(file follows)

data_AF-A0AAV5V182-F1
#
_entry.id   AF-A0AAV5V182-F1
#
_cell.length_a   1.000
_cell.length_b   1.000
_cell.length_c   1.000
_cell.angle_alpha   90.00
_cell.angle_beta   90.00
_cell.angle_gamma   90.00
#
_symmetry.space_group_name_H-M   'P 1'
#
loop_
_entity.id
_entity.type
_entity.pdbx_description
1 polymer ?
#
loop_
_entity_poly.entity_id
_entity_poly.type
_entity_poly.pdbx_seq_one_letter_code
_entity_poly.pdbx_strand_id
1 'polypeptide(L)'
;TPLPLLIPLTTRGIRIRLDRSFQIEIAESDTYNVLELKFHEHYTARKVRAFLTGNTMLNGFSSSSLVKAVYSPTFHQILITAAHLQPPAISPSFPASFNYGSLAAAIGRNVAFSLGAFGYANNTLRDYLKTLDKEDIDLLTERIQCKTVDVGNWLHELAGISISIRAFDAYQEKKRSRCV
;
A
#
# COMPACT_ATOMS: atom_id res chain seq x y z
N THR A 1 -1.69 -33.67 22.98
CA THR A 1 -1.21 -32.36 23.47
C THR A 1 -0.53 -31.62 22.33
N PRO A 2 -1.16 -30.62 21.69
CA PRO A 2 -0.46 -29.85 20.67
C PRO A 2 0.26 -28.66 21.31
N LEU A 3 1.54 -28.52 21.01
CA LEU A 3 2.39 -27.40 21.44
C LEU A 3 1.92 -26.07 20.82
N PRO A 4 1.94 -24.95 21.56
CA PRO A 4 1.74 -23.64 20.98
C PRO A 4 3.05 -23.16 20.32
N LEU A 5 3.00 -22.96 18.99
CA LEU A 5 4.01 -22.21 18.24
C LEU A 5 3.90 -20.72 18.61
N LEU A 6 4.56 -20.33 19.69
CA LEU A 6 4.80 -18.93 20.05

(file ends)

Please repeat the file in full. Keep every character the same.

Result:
data_AF-A0AAV5V182-F1
#
_entry.id   AF-A0AAV5V182-F1
#
_cell.length_a   1.000
_cell.length_b   1.000
_cell.length_c   1.000
_cell.angle_alpha   90.00
_cell.angle_beta   90.00
_cell.angle_gamma   90.00
#
_symmetry.space_group_name_H-M   'P 1'
#
loop_
_entity.id
_entity.type
_entity.pdbx_description
1 polymer ?
#
loop_
_entity_poly.entity_id
_entity_poly.type
_entity_poly.pdbx_seq_one_letter_code
_entity_poly.pdbx_strand_id
1 'polypeptide(L)'
;TPLPLLIPLTTRGIRIRLDRSFQIEIAESDTYNVLELKFHEHYTARKVRAFLTGNTMLNGFSSSSLVKAVYSPTFHQILITAAHLQPPAISPSFPASFNYGSLAAAIGRNVAFSLGAFGYANNTLRDYLKTLDKEDIDLLTERIQCKTVDVGNWLHELAGISISIRAFDAYQEKKRSRCV
;
A
#
# COMPACT_ATOMS: atom_id res chain seq x y z
N THR A 1 -1.69 -33.67 22.98
CA THR A 1 -1.21 -32.36 23.47
C THR A 1 -0.53 -31.62 22.33
N PRO A 2 -1.16 -30.62 21.69
CA PRO A 2 -0.46 -29.85 20.67
C PRO A 2 0.26 -28.66 21.31
N LEU A 3 1.54 -28.52 21.01
CA LEU A 3 2.39 -27.40 21.44
C LEU A 3 1.92 -26.07 20.82
N PRO A 4 1.94 -24.95 21.56
CA PRO A 4 1.74 -23.64 20.98
C PRO A 4 3.05 -23.16 20.32
N LEU A 5 3.00 -22.96 18.99
CA LEU A 5 4.01 -22.21 18.24
C LEU A 5 3.90 -20.72 18.61
N LEU A 6 4.56 -20.33 19.69
CA LEU A 6 4.80 -18.93 20.05